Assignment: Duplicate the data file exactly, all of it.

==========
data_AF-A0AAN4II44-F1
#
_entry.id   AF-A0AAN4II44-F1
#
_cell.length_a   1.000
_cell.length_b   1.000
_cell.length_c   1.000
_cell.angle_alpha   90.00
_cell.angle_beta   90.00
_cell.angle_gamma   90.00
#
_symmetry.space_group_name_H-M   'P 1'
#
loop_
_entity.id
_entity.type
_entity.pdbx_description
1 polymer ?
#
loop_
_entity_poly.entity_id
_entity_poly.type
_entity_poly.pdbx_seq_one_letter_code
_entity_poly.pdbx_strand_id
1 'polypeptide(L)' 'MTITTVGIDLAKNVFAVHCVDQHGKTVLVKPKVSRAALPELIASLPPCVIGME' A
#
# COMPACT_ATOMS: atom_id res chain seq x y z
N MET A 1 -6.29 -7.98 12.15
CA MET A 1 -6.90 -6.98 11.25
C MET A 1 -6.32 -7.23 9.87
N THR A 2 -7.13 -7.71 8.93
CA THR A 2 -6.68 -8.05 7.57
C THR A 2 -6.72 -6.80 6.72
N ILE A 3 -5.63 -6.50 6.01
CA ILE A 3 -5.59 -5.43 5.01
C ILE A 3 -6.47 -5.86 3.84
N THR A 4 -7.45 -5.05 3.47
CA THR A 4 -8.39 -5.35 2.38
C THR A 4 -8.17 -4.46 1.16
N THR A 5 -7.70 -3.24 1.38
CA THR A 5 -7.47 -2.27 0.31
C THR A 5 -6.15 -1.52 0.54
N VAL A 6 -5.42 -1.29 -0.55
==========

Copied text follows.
data_AF-A0AAN4II44-F1
#
_entry.id   AF-A0AAN4II44-F1
#
_cell.length_a   1.000
_cell.length_b   1.000
_cell.length_c   1.000
_cell.angle_alpha   90.00
_cell.angle_beta   90.00
_cell.angle_gamma   90.00
#
_symmetry.space_group_name_H-M   'P 1'
#
loop_
_entity.id
_entity.type
_entity.pdbx_description
1 polymer ?
#
loop_
_entity_poly.entity_id
_entity_poly.type
_entity_poly.pdbx_seq_one_letter_code
_entity_poly.pdbx_strand_id
1 'polypeptide(L)' 'MTITTVGIDLAKNVFAVHCVDQHGKTVLVKPKVSRAALPELIASLPPCVIGME' A
#
# COMPACT_ATOMS: atom_id res chain seq x y z
N MET A 1 -6.29 -7.98 12.15
CA MET A 1 -6.90 -6.98 11.25
C MET A 1 -6.32 -7.23 9.87
N THR A 2 -7.13 -7.71 8.93
CA THR A 2 -6.68 -8.05 7.57
C THR A 2 -6.72 -6.80 6.72
N ILE A 3 -5.63 -6.50 6.01
CA ILE A 3 -5.59 -5.43 5.01
C ILE A 3 -6.47 -5.86 3.84
N THR A 4 -7.45 -5.05 3.47
CA THR A 4 -8.39 -5.35 2.38
C THR A 4 -8.17 -4.46 1.16
N THR A 5 -7.70 -3.24 1.38
CA THR A 5 -7.47 -2.27 0.31
C THR A 5 -6.15 -1.52 0.54
N VAL A 6 -5.42 -1.29 -0.55